Our experimental data revealed that by 3–5 weeks postnatal development, synapses in both WT and KO mice exhibited significantly decreased synapse amplitudes and a switch from depressing to facilitating synaptic dynamics (Figs 2 and 3). We therefore further investigated how these normal maturational changes in synapse properties affected dynamic network activity in our model. Increasing the level of synaptic facilitation to mimic developmental maturation pushed the network into a prolonged upstate mode and abolished the dynamic transitions between high and low activity states (Fig. 5A,D). Developmental decreases in synaptic efficacy (Table 1), reflecting in part a reduction in EPSP amplitude (Fig. 2C), significantly affected the balance of activity, pushing the network into a downstate with considerably shortened periods of firing (Fig. 5B). However, a combination of decreased synapse efficacy and the onset of facilitation could counteract both states of reduced network transitions and enable the mature network to operate over a dynamic range of activity (Fig. 5C,E).

Figure 5.

Decreased synaptic efficacy during maturation counterbalances the appearance of short-term facilitation, in a network model of young adult cortex. (A) Above, schematic of the recurrent network model that includes connectivity strength J and synaptic connections that exhibit both short-term depression and facilitation (see Materials and Methods). Below, the adult network displays a dynamic range of activity states for periods of a few seconds with transient high discharges of synchronous firing (left). Histogram of mean network activity illustrates bistable network state interspersed with transient high-firing synchrony (right). (BD) Decreased efficacy of synaptic transmission or increased facilitation significantly alters the network activity. Co-occurrence of decreased efficacy and increased facilitation in adult networks simulating experimental data from synapses in young adult animals, rescue the dynamic transitions of the network. (E) Map of spontaneous activity revealing relative changes in recurrent synaptic connections against facilitation time constant for 4 different networks, as shown in AD. Compare to panel E of Figure 4 and note the smaller values for recurrent synaptic coupling.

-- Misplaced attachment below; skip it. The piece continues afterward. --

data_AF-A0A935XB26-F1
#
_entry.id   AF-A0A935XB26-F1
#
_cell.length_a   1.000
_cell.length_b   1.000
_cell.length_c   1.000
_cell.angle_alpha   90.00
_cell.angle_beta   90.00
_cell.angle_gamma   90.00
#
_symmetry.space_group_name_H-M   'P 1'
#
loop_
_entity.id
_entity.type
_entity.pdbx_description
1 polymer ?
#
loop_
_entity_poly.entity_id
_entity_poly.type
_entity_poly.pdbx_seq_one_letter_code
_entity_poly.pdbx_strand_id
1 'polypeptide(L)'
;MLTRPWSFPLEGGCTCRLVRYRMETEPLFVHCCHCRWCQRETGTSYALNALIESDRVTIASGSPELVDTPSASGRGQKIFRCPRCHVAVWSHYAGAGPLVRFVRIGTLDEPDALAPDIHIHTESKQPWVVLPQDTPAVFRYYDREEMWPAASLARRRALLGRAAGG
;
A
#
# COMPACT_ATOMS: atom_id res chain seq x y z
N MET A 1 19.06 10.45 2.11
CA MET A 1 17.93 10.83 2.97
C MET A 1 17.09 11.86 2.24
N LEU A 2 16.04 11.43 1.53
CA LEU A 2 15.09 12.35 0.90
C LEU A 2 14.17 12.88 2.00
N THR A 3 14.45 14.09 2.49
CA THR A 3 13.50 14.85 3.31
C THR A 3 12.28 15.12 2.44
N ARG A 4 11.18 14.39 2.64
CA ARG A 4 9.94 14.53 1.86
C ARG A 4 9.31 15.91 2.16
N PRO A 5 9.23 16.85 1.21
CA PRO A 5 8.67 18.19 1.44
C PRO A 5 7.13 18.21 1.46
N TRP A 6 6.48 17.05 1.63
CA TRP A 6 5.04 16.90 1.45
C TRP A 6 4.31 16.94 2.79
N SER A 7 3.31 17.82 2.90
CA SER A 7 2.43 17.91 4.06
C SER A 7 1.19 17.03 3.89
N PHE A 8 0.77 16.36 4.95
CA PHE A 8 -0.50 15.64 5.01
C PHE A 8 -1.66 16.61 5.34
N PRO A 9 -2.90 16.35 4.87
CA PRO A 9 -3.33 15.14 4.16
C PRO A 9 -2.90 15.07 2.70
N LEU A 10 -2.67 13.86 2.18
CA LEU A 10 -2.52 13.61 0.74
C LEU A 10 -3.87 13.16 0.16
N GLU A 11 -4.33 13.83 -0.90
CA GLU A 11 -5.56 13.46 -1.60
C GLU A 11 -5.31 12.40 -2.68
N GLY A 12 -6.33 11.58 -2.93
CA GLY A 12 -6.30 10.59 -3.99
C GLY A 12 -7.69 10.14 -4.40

Figure 5.

Decreased synaptic efficacy during maturation counterbalances the appearance of short-term facilitation, in a network model of young adult cortex. (A) Above, schematic of the recurrent network model that includes connectivity strength J and synaptic connections that exhibit both short-term depression and facilitation (see Materials and Methods). Below, the adult network displays a dynamic range of activity states for periods of a few seconds with transient high discharges of synchronous firing (left). Histogram of mean network activity illustrates bistable network state interspersed with transient high-firing synchrony (right). (BD) Decreased efficacy of synaptic transmission or increased facilitation significantly alters the network activity. Co-occurrence of decreased efficacy and increased facilitation in adult networks simulating experimental data from synapses in young adult animals, rescue the dynamic transitions of the network. (E) Map of spontaneous activity revealing relative changes in recurrent synaptic connections against facilitation time constant for 4 different networks, as shown in AD. Compare to panel E of Figure 4 and note the smaller values for recurrent synaptic coupling.

## Discussion